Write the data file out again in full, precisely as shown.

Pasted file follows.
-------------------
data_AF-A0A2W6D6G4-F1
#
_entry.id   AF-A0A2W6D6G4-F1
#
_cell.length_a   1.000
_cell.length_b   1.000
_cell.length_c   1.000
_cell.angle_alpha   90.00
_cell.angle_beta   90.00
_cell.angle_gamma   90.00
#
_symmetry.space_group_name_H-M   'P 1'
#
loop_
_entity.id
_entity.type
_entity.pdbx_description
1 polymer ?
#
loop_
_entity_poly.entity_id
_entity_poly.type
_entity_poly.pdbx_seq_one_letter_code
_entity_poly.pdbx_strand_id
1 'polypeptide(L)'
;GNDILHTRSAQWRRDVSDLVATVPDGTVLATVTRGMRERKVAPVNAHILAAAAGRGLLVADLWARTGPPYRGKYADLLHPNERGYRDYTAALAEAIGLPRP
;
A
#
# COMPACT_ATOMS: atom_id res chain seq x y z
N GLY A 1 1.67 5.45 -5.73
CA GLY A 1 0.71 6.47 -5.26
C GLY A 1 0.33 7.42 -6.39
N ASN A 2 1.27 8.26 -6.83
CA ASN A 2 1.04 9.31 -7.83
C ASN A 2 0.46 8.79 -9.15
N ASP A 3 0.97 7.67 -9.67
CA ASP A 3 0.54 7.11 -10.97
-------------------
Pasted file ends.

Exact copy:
data_AF-A0A2W6D6G4-F1
#
_entry.id   AF-A0A2W6D6G4-F1
#
_cell.length_a   1.000
_cell.length_b   1.000
_cell.length_c   1.000
_cell.angle_alpha   90.00
_cell.angle_beta   90.00
_cell.angle_gamma   90.00
#
_symmetry.space_group_name_H-M   'P 1'
#
loop_
_entity.id
_entity.type
_entity.pdbx_description
1 polymer ?
#
loop_
_entity_poly.entity_id
_entity_poly.type
_entity_poly.pdbx_seq_one_letter_code
_entity_poly.pdbx_strand_id
1 'polypeptide(L)'
;GNDILHTRSAQWRRDVSDLVATVPDGTVLATVTRGMRERKVAPVNAHILAAAAGRGLLVADLWARTGPPYRGKYADLLHPNERGYRDYTAALAEAIGLPRP
;
A
#
# COMPACT_ATOMS: atom_id res chain seq x y z
N GLY A 1 1.67 5.45 -5.73
CA GLY A 1 0.71 6.47 -5.26
C GLY A 1 0.33 7.42 -6.39
N ASN A 2 1.27 8.26 -6.83
CA ASN A 2 1.04 9.31 -7.83
C ASN A 2 0.46 8.79 -9.15
N ASP A 3 0.97 7.67 -9.67
CA ASP A 3 0.54 7.11 -10.97